[svn.haxx.se] · SVN Dev · SVN Users · SVN Org · TSVN Dev · TSVN Users · Subclipse Dev · Subclipse Users · this month's index

Re: Bug: svn revert annoys the user by behaving differently from all other commands

From: Markus Bertheau ☭ <twanger_at_bluetwanger.de>
Date: 2005-03-18 18:12:14 CET

В Птн, 18/03/2005 в 10:16 -0600, Ben Collins-Sussman пишет:
> On Mar 18, 2005, at 10:05 AM, Markus Bertheau ☭ wrote:
> > In particular it is not recursive and you need to tell it the target to
> > operate on explicitly. Everyone knows this.
> >
> > This behaviour is a workaround for the fact, that users, who by mistake
> > revert, lose their local modifications. The thinking goes like this: If
> > I annoy the user with the unexpected behaviour of svn revert, he'll
> > think twice about it and won't issue reverts by mistake.
> >
> > A real solution to this problem that does not involve annoying the user
> > is as follows:
> >
> > Upon revert, store the local modifications in a hidden file. Offer a
> > command "unrevert" (or similar), to restore the local modifications.
> >
> I don't follow this logic. Where do we stop the commands? Should we
> create an 'svn ununrevert' command too?

No. Upon unrevert, try to merge and if neccessary report a conflict. I
don't see a possible need for an ununrevert.

Unrevert is probably not the best choice of words, but that doesn't
hinder the argument.

> 'svn revert' is a command whose definition is "permanently destroy
> data".

I thought it's definition was "revert my local working copy to the
repository version". Users surely like software with a command
"permanently destroy my work" less than software that 1. doesn't annoy
them by not doing what they expect 2. let's them correct their mistakes.

> Not "make a backup of data". Having it create a backup makes
> as little sense to me as teaching the unix 'rm' command to make
> backups.

The equivalent of unix rm is svn rm. And after all, svn rm can be
undone. (modulo the --force thing, to which a similar argument probably
applies.) I don't see a problem changing the definition of revert to
"revert my local working copy to the repository version and let me undo
that in case I later regret to have reverted".

> If anything, I think an alternate way of solving the annoyance would be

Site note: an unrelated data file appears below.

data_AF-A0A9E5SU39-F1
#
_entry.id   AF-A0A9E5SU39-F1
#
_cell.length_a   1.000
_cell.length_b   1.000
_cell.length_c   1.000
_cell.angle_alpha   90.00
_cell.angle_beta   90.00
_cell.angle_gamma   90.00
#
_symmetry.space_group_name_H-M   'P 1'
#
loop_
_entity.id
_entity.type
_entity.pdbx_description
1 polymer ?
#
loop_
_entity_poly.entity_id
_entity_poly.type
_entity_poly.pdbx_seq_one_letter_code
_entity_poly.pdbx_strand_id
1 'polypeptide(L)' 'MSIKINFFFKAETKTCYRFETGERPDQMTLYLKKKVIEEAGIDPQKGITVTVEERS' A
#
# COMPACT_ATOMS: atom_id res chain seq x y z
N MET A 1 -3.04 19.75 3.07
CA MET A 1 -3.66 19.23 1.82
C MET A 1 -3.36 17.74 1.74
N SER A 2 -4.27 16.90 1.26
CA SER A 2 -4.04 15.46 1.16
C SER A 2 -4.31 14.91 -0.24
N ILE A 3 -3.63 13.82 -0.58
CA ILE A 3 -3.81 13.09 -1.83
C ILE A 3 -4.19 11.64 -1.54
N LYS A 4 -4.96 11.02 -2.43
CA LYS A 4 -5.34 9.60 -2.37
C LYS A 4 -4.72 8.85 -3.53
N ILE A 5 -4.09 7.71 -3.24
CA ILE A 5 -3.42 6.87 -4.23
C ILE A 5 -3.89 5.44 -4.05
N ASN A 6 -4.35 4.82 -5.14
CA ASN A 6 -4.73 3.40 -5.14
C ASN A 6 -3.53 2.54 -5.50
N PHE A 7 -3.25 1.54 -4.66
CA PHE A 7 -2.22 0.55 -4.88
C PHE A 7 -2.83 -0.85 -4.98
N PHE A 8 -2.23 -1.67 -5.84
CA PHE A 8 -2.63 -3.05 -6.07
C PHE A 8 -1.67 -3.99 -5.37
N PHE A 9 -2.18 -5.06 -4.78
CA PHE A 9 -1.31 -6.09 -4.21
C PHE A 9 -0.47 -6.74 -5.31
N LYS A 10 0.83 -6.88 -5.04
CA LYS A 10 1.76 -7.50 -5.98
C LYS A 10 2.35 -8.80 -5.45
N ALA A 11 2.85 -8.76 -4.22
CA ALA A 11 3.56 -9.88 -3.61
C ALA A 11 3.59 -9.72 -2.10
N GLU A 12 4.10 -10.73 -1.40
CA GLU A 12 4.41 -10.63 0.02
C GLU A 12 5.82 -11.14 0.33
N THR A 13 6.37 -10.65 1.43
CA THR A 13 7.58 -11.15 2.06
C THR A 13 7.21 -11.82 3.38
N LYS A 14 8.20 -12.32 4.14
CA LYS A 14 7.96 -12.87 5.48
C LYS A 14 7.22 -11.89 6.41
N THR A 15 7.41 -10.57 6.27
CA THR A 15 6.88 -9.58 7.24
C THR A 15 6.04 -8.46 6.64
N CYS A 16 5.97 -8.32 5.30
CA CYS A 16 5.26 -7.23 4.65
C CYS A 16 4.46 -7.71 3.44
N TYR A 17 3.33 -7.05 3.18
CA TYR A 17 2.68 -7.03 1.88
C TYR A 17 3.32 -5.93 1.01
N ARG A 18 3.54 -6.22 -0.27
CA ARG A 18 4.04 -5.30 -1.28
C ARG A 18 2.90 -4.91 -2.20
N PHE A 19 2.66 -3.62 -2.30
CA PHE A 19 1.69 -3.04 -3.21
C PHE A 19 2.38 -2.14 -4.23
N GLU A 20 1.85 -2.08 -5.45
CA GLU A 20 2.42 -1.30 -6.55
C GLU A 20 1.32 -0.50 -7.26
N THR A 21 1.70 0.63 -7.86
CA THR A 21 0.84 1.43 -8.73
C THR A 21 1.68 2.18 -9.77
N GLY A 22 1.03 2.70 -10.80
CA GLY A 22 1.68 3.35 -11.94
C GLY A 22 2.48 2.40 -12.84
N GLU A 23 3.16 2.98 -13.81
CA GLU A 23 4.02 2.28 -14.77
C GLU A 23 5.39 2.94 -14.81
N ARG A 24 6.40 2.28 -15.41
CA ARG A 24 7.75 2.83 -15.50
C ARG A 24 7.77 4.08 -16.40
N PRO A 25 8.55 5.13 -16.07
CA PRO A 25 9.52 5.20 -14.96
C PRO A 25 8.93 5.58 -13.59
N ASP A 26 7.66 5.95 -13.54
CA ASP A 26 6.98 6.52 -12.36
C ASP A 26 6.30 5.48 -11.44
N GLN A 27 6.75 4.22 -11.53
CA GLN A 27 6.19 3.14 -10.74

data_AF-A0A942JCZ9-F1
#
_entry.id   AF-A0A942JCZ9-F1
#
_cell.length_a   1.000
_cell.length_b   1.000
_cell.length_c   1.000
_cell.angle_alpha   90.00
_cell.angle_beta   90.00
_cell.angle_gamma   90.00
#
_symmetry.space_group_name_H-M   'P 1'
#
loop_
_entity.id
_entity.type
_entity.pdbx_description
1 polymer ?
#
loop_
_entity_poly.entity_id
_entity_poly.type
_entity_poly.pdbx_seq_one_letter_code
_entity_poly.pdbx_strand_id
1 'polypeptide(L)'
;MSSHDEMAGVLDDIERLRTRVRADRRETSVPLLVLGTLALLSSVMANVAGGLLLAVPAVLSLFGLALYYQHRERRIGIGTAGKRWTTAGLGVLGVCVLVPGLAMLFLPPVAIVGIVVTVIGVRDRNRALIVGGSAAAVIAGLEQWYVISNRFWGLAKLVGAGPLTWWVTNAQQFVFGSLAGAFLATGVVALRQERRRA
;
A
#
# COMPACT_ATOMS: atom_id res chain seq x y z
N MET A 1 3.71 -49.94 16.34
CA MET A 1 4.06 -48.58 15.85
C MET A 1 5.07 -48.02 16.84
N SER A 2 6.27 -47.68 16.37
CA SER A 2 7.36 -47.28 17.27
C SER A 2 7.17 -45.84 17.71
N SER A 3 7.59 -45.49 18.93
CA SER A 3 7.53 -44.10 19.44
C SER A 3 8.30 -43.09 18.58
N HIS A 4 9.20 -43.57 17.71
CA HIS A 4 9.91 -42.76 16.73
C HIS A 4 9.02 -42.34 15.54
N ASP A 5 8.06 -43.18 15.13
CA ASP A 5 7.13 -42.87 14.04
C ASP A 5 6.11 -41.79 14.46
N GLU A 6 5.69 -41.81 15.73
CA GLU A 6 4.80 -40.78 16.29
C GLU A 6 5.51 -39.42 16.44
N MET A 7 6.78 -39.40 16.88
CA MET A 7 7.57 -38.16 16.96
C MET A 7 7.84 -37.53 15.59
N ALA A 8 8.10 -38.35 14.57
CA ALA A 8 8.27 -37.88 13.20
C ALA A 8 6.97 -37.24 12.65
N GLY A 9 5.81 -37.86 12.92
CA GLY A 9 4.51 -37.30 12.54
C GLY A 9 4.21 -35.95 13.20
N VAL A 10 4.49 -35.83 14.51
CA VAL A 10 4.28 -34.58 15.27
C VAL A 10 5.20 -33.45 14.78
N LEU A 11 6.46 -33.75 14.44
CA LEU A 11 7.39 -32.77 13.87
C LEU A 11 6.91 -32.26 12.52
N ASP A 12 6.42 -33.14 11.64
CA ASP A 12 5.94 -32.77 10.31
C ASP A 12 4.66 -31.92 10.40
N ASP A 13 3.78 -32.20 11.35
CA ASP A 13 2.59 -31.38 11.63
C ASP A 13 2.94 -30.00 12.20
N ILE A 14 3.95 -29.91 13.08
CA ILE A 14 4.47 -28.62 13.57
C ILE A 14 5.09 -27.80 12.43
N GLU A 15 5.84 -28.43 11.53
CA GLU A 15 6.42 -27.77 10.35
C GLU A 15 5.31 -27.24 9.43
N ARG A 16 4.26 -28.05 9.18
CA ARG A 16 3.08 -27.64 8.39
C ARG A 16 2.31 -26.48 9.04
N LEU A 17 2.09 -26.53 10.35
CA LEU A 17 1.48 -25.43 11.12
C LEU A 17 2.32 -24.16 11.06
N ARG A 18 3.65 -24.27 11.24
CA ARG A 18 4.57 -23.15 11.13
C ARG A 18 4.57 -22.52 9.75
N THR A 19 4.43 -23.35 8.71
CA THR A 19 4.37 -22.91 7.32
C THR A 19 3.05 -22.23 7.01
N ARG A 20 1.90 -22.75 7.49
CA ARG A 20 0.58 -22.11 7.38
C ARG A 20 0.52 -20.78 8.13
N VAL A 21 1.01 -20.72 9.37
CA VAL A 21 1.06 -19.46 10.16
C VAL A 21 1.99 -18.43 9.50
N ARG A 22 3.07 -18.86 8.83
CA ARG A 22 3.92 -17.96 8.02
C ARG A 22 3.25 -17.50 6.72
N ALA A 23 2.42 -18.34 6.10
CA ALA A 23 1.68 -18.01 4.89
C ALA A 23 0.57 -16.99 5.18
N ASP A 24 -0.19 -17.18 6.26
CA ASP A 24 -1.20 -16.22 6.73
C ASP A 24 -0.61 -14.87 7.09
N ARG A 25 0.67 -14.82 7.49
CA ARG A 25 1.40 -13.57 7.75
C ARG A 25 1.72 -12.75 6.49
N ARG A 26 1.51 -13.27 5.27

> to make 'svn revert' prompt the user for confirmation that he/she
> really wants to destroy data permanently. It would be similar to the
> way that 'rm' is aliased to 'rm -i' by default on many unix-y systems.

That just exchanges one annoyance for another and doesn't help the issue
at all. I see four cases:

The user does (1) / does not (2) revert often.
The user wants to revert (but in 5% of the cases he later regrets and
wants the data back) (A) or accidentally issued the revert command (B).

In case 1A the user will already be accustomed to the fact that
reverting requires him to confirm his intention, which he will do
automatically, almost subconsciously. He later regrets the revert, but
the data is gone.

In case 2A the user is confused and interrupted in his work flow because
the command didn't do what he want; it behaves differently from the rest
of the svn commands. After getting over this, he reads the confirmation,
and because he really wants to revert, he confirms. He later regrets the
revert, but the data is gone.

In case 1B there are two possibilities, and it is not clear to me, which
one will happen more often.
- One is that the brain of user learned that when a svn command wants
confirmation, he always gives it. This is based on the fact that in 95%
of the cases reverting was what he wants and he didn't regret it. But we
talk about the other 5% here, so he regrets the revert later, but the
data is gone.
- The other possibility is that the user's brain learned that when he
wants to revert, there's a confirmation to confirm. Because he does not
want to revert, he does not confirm. The data is saved.
I do think the first case is more likely to take place.

In case 2B the course of events depends on the exact way the user
accidentally issued the revert command. The confirmation will probably
save him. The data is probably saved.

With svn unrevert the situation looks like this:

1A: The user's brain did not have to learn that some svn commands
requice confirmation. When the user regrets the revert, he unreverts it.
The data is saved.

2A: The user's workflow is not interrupted. The command behaves like he
has gotten accustomed to from the other svn commands. He confirms the
revert, later regrets it, (maybe asks on the mailing list how to
unrevert, someone answers "just use svn unrevert"), and unreverts. The
data is saved.

1B: The user's brain did not have to learn that some svn commands
requice confirmation. The user regrets the revert and unreverts it. The
data is saved.

2B: The user later regrets the revert and unreverts it. The data is

Conclusion: svn unrevert offers a better user experience that the svn
revert confirmation or the current behaviour. It also handles the user's
data more respectfully and responsibly.

Please tell me about any crucial flaws in this argumentation.


Markus Bertheau ☭ <twanger@bluetwanger.de>
To unsubscribe, e-mail: users-unsubscribe@subversion.tigris.org
For additional commands, e-mail: users-help@subversion.tigris.org
Received on Fri Mar 18 18:14:50 2005

This is an archived mail posted to the Subversion Users mailing list.

This site is subject to the Apache Privacy Policy and the Apache Public Forum Archive Policy.